UK agencies propose changes to import controls

British food agencies are considering changing the rate of checks on certain products imported into the region.

Separate comment periods have been launched by Food Standards Scotland (FSS) and the Food Standards Agency (FSA) for England and Wales, to cover high-risk food and feed from not animal.

Before the UK left the European Union, routine updates to EU legislation on imported food, carried out by the European Commission, applied in the UK. The latest rulings on EU control rates can be found in this previous article.

UK authorities are now responsible for reviewing and amending legislation. Ministers will make risk management decisions based on recommendations from the FSA and FSS. The changes will not apply in Northern Ireland due to the Northern Ireland Protocol.

Details of proposed changes
The removal of three products from the scope of controls was proposed in the first review since the UK’s exit from the EU. The FSA said the data indicates the level of risk has dropped significantly. Checks on five products will be reduced as it is increasingly certain that compliance is improving.

Fourteen products will be subject to more stringent controls due to concerns about the risk they pose to public health. Four more items will be added to the list of checks comprising documentary, identity and physical examinations, including swabs.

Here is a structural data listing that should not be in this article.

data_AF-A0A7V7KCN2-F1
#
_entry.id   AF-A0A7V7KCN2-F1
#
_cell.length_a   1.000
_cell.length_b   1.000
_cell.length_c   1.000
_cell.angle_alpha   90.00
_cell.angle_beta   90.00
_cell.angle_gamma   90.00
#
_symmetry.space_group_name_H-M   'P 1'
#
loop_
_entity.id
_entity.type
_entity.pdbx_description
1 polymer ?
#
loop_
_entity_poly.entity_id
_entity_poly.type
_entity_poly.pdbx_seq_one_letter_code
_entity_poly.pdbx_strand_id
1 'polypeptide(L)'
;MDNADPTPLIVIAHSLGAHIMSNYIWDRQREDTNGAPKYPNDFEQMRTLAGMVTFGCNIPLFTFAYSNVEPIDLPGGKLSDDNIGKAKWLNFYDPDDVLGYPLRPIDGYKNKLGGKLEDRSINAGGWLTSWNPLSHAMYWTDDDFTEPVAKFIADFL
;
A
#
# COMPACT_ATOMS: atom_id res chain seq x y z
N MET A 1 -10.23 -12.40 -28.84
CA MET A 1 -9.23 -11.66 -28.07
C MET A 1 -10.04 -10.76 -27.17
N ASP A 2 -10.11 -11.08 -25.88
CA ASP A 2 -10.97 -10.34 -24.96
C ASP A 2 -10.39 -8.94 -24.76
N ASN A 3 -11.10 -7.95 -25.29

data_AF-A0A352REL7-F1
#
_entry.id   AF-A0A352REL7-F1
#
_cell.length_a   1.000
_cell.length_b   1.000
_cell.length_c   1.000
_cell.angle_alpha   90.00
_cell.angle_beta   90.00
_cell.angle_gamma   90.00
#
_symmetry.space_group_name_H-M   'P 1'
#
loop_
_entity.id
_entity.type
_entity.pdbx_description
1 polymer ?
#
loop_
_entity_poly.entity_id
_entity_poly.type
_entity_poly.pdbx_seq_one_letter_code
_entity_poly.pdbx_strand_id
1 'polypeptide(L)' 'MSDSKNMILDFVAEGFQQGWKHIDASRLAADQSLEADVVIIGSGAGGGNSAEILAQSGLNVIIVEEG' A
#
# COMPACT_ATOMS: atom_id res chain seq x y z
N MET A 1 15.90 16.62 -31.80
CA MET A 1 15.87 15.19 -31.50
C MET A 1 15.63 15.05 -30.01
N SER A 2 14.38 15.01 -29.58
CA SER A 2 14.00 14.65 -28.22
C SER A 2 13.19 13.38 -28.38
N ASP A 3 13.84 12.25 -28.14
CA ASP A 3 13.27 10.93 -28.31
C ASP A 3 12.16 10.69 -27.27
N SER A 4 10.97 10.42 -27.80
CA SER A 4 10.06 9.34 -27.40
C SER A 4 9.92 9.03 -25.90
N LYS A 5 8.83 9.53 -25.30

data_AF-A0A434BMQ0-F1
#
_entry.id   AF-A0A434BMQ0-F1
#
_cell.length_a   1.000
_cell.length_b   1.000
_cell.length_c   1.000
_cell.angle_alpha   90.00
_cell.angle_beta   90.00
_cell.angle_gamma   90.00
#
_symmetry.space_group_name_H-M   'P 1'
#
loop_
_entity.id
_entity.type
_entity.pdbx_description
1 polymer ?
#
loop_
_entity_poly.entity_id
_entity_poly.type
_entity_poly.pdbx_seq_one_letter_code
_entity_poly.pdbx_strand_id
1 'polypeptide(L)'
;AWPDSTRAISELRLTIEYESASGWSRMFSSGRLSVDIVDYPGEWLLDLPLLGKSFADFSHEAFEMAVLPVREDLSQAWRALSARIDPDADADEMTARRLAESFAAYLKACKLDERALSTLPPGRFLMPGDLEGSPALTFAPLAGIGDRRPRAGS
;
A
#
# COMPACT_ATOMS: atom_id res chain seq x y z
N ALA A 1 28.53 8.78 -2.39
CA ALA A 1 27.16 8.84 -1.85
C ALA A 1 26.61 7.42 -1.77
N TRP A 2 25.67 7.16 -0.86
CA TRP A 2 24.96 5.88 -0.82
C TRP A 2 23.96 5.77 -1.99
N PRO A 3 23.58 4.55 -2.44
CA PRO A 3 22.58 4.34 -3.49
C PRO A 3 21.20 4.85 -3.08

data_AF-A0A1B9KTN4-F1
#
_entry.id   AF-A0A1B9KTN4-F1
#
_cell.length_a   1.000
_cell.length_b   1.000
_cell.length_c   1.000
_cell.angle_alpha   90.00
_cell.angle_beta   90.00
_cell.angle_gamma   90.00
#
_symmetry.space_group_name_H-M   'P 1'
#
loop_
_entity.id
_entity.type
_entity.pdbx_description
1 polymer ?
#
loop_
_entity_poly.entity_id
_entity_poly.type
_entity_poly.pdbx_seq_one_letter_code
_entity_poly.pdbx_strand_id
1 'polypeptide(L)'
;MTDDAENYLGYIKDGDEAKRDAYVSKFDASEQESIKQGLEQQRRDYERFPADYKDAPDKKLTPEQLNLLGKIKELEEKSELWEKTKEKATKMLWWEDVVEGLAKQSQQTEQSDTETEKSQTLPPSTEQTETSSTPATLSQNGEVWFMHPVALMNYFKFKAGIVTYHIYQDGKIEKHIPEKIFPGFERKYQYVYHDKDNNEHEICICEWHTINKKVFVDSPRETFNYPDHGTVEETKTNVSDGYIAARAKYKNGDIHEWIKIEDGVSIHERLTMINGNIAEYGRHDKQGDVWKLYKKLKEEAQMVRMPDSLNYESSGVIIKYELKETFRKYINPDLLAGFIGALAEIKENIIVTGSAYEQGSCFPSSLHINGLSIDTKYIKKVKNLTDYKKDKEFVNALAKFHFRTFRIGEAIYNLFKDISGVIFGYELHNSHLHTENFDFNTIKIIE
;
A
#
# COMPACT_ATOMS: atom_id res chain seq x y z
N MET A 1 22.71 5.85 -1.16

The three products removed are pistachios from the United States due to aflatoxin, goji berries from China due to pesticide residues, and raisins from Turkey due to ochratoxin A.

Reduced controls could be put in place for groundnuts from Brazil and China and hazelnuts from Turkey and Georgia due to aflatoxins and betel leaves from Bangladesh due to Salmonella.

Increased controls could apply to black pepper from Brazil and sesame seeds from Sudan and Ethiopia because of Salmonella, peanuts from the United States and India because of aflatoxin and pesticide residues on four products from Turkey.

The four that may need tighter controls are lemons and non-sweet peppers from Turkey and groundnuts from Brazil because of pesticides and betel leaves from Thailand because of Salmonella.

The FSA comment period closes on July 7 while the FSS call for submissions closes on June 29. It is open to food and feed companies, local and port health authorities and other stakeholders interested in food safety.

(To sign up for a free subscription to Food Safety News, Click here.)

Comments are closed.